Abstract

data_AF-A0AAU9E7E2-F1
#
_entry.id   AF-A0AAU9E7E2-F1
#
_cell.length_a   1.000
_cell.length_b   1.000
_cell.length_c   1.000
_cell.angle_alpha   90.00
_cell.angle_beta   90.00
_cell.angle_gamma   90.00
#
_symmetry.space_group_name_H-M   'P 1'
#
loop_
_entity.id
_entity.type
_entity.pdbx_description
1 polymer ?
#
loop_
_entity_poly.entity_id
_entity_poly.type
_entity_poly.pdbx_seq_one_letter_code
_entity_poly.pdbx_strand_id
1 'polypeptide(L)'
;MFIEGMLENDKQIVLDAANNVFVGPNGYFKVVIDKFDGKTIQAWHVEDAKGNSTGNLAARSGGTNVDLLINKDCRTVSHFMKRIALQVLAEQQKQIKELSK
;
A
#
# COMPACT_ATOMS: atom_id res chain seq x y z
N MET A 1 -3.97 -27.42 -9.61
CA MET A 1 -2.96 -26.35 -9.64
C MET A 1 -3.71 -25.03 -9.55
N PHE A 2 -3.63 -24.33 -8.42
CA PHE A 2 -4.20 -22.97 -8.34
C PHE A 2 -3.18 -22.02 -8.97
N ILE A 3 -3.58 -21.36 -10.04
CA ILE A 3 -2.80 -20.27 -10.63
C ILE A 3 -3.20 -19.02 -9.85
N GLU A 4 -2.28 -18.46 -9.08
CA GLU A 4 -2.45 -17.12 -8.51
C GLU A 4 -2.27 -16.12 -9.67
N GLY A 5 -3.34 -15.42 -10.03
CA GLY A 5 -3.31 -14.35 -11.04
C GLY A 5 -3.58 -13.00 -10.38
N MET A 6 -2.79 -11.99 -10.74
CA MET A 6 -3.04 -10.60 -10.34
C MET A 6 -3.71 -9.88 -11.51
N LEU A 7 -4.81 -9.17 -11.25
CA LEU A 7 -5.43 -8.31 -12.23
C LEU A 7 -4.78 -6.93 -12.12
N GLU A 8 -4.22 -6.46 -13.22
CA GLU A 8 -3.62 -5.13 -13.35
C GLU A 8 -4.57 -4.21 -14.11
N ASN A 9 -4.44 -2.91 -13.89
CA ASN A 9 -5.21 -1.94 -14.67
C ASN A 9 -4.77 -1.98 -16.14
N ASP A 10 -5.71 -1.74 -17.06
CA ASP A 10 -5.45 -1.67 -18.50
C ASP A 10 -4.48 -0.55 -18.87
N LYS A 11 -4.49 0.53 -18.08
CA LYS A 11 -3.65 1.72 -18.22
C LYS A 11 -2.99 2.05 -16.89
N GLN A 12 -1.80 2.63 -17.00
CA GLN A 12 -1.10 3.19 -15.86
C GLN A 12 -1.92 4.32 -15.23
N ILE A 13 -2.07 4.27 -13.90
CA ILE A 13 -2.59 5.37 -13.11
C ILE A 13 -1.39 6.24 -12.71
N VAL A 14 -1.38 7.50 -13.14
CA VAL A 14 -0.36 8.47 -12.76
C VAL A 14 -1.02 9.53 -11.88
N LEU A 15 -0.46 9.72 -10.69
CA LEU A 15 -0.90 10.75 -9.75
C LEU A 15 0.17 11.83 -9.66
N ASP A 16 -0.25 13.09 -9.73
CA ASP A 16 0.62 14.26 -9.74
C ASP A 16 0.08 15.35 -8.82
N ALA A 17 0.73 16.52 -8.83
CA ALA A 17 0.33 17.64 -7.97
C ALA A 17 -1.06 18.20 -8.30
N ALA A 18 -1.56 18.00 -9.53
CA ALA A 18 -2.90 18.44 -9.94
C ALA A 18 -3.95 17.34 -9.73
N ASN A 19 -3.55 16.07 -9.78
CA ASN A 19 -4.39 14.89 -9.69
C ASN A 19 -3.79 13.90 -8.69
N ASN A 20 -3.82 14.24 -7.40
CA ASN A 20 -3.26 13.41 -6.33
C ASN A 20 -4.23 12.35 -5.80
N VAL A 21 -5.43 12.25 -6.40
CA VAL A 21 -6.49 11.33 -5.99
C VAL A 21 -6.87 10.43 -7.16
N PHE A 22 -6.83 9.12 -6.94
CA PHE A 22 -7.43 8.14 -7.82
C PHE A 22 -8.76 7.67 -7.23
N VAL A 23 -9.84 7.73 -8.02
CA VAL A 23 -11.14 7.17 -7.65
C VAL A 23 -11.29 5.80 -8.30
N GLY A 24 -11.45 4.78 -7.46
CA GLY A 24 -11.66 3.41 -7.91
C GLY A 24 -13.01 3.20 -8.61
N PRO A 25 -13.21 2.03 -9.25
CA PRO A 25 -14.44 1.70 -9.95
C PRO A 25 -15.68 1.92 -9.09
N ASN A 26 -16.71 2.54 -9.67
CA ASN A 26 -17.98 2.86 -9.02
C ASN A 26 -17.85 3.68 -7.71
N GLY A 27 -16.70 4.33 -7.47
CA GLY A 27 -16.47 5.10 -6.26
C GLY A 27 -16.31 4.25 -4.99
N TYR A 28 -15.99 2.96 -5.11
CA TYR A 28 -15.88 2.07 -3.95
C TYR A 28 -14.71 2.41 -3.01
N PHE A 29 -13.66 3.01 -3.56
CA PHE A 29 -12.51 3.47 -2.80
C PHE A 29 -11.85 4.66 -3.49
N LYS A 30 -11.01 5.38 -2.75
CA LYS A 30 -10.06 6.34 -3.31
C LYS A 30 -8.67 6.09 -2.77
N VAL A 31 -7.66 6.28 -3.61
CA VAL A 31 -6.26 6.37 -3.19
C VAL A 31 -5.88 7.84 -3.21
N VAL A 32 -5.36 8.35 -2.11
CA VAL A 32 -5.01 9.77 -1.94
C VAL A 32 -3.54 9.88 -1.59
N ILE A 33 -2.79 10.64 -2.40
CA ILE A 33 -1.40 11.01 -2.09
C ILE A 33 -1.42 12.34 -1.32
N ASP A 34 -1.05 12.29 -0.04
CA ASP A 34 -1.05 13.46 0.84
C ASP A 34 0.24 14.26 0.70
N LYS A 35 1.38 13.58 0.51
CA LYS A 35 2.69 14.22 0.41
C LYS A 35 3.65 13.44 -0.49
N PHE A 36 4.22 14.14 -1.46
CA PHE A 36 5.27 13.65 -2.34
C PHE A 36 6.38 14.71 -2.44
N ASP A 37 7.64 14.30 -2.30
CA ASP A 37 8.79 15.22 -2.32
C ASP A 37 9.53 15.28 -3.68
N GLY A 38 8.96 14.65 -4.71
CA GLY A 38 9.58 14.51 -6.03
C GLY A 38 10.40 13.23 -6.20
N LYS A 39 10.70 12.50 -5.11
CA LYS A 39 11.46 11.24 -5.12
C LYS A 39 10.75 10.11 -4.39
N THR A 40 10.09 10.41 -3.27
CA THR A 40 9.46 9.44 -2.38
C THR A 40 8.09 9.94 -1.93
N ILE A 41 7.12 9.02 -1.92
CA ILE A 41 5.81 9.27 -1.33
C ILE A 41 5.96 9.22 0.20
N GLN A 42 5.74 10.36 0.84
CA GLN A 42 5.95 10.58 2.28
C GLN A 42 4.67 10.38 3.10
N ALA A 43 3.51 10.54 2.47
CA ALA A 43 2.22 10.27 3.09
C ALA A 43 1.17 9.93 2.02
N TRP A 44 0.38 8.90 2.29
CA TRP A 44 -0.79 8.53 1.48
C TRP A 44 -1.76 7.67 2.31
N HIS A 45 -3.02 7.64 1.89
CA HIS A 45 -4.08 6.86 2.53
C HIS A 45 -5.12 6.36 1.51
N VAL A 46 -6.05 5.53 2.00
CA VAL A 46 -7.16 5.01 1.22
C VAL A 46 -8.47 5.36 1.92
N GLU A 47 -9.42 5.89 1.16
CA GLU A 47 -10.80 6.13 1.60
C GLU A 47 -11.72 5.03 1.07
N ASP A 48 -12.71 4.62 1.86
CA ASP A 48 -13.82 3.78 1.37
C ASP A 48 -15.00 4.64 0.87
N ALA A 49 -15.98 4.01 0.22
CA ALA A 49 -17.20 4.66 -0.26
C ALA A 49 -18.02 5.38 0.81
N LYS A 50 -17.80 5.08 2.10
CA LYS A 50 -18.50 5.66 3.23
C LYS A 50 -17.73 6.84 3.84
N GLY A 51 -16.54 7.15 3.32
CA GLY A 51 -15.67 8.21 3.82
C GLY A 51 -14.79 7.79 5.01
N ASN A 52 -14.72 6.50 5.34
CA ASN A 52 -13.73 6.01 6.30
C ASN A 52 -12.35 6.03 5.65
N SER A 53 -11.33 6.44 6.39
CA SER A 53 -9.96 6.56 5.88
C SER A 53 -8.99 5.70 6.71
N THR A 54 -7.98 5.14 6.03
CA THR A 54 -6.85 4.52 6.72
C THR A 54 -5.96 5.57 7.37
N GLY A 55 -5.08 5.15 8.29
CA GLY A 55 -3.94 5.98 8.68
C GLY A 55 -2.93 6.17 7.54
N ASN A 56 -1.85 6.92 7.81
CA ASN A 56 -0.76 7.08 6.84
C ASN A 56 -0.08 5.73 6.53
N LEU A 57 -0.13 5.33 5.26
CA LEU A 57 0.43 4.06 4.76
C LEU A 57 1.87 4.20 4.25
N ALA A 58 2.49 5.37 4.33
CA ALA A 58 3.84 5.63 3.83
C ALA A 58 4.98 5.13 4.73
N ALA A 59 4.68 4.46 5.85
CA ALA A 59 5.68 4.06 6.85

A planetary rover acquires a large collection of images while exploring its surrounding environment. For example, 2D stereo images of the Martian surface captured by the lander and the Sojourner rover during the Mars Pathfinder mission in 1997 were transmitted to Earth for scientific analysis and navigation planning. Due to the limited memory and computational power of the Sojourner rover, most of the images were captured by the lander and then transmitted to Earth directly for processing. If these images were merged together at the rover site to reconstruct a 3D representation of the rover's environment using its on-board resources, more information could potentially be transmitted to Earth in a compact manner. However, construction of a 3D model from multiple views is a highly challenging task to accomplish even for the new generation rovers (Spirit and Opportunity) running on the Mars surface at the time this article was written. Moreover, low transmission rates and communication intervals between Earth and Mars make the transmission of any data more difficult. We propose a robust and computationally efficient method for progressive transmission of multi-resolution 3D models of Martian rocks and soil reconstructed from a series of stereo images. For visualization of these models on Earth, we have developed a new multimodal visualization setup that integrates vision and touch. Our scheme for 3D reconstruction of Martian rocks from 2D images for visualization on Earth involves four main steps: a) acquisition of scans: depth maps are generated from stereo images, b) integration of scans: the scans are correctly positioned and oriented with respect to each other and fused to construct a 3D volumetric representation of the rocks using an octree, c) transmission: the volumetric data is encoded and progressively transmitted to Earth, d) visualization: a surface model is reconstructed from the transmitted data on Earth and displayed to a user through a new autostereoscopic visualization table and a haptic device for providing touch feedback. To test the practical utility of our approach, we first captured a sequence of stereo images of a rock surface from various viewpoints in JPL MarsYard using a mobile cart and then performed a series of 3D reconstruction experiments. In this paper, we discuss the steps of our reconstruction process, our multimodal visualization system, and the tradeoffs that have to be made to transmit multiresolution 3D models to Earth in an efficient manner under the constraints of limited computational resources, low transmission rate, and communication interval between Earth and Mars.

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